Earlier in the year I created some of my favorite recent batik artwork, using verses from the Psalms as my inspiration. I had been working my way through the Psalms and writing scripture that spoke to me in my journal along the way, making the selection process easy!
Each piece began by writing the verse in some sort of circular form on Unryu paper that had pieces of gold thread imbedded in it. As always I used my trusty Sharpie for that, knowing it can withstand the rest of the batik process without fading.
I took a wide brush and dipped it into melted wax and blocked off streaks of the pieces so they would remain white and then added light strokes of color with a feathery brush and India inks. Next all the pieces were entirely covered with the wax, crumpled to create cracks for more color to seep in randomly and then sprayed with liquid watercolors.
After that application the pieces dried and then the wax was removed to reveal the final outcome of each. All four have been framed in 12×12″ barn wood frames. Here they are:
I love to include words, quotes and text in my art but, despite some instruction and practice, I’m not always thrilled with the way my hand drawn letters turn out. This little hack is a favorite of mine and I thought you might find it useful as well! This was just an impromptu, messy fingers project that popped into my head one day. The first step was to add acrylic paint to the board I was painting. Somedays my favorite paint tools are my fingers, and this was no exception.
I have accumulated a large selection of fonts on my computer (there are many resources for free downloadable fonts available online) and have fun using different ones in digital creations, advertising and such. They are especially handy when lettering on artwork! Some of my batik work is done on Unryu paper which is transparent enough you can actually just trace the letters onto the paper as they are visible when placed underneath.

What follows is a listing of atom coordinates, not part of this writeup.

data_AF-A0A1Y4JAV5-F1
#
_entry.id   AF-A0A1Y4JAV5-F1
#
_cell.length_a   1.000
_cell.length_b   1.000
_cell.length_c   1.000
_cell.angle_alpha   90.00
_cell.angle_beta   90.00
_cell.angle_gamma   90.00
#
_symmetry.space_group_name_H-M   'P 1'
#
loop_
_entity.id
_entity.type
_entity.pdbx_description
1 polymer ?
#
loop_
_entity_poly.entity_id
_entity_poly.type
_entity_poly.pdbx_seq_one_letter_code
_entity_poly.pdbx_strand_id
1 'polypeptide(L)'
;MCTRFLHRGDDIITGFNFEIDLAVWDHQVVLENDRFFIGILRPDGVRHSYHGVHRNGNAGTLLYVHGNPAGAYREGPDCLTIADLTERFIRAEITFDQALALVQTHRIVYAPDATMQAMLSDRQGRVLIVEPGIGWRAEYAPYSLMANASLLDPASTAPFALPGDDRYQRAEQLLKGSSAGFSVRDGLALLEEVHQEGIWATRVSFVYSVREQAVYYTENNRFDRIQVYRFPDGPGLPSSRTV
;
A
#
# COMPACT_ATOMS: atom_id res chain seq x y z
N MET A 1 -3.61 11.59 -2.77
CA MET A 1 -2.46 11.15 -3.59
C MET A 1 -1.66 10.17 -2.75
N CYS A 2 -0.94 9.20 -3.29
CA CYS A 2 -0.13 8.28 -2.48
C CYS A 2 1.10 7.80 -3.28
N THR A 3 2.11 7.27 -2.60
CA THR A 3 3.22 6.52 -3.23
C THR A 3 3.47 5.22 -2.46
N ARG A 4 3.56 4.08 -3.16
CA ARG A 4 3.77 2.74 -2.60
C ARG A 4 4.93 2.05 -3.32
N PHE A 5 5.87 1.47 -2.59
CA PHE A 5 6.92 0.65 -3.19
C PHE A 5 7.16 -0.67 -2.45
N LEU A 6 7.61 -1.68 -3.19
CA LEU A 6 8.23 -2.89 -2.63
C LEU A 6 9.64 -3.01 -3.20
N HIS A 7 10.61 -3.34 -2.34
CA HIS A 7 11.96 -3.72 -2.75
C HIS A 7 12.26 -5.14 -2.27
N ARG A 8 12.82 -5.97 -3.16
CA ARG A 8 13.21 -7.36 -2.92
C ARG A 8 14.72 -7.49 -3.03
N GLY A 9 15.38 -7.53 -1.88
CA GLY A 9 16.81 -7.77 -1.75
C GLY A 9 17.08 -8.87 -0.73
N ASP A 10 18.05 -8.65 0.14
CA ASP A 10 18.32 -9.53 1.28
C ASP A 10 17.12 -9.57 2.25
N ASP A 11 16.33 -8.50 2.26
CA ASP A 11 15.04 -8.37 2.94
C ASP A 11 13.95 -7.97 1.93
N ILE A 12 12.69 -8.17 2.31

If I’m working on wood or canvas I have a way of getting the letters on my art that works very well. First I measure the space where I want the words placed and create a blank file in Photoshop Elements that is the same size. Then, using the type function I type, resize and arrange the letters to suit my project. This is what the file looked like for the project I am showing you:
I printed it the exact size as the file (which meant it had to be printed in two sections) and then taped together the pieces. The next step was to turn it over and take either pencil or charcoal and cover the back of the paper where the letters were printed.
You want to cover it fully, the pencil or charcoal is going to be used like copy paper to make outlines of your letters onto your art. Turn it over and position it where you want the letters to be on your art and then take a ball point pen and trace the outlines of each letter. I get excited and always want to rush things so come to find out my paint wasn’t as dry as usual, I ended up lifting some of it from the wood when I applied the marks. It still worked!
Now that I had the outline on the artwork I could use markers, paint pens or a really steady brush to add the colors and outline for the lettering and any details I decided to include. I decided to just handwrite the “hello” portion of the lettering and kind of wish I’d have traced that too. Oh well! Here is the final piece.
Let me know if you try this technique for adding letters, I hope it’s inspired you to get creative!
As I mentioned in my last post, today’s blog features some new batik artwork. It seems as if I haven’t exhausted all the ways I can play and explore with this medium…as I learn new styles and techniques in other media they often translate into some fun batik pieces!
The piece above (and the three below) I used the wax to “paint” abstract marks and shapes onto the paper before adding the background colors. The final coloring on these pieces seeps in between the cracks in a final layer of wax. I like the earthy way these feel. Incorporating the spirit-led, random mark making with the wax painting brings in some of the new style I’ve been using with acrylic paints.
Another new type of batik I’ve been exploring is using India Ink to paint onto the paper prior to waxing and adding the final layer of color. Very free strokes, flow-oriented and fun!
Obviously I was having a LOT of fun with the piece above! Testing how the inks interacted with the paper, how the brush moved and the colors could blend. The ones below were a little more thoughtful as far as the colors selected, but still full of freedom and expression.
I did one other very special set of batik art but I can’t reveal them just yet…I need to deliver them first! Look for them soon.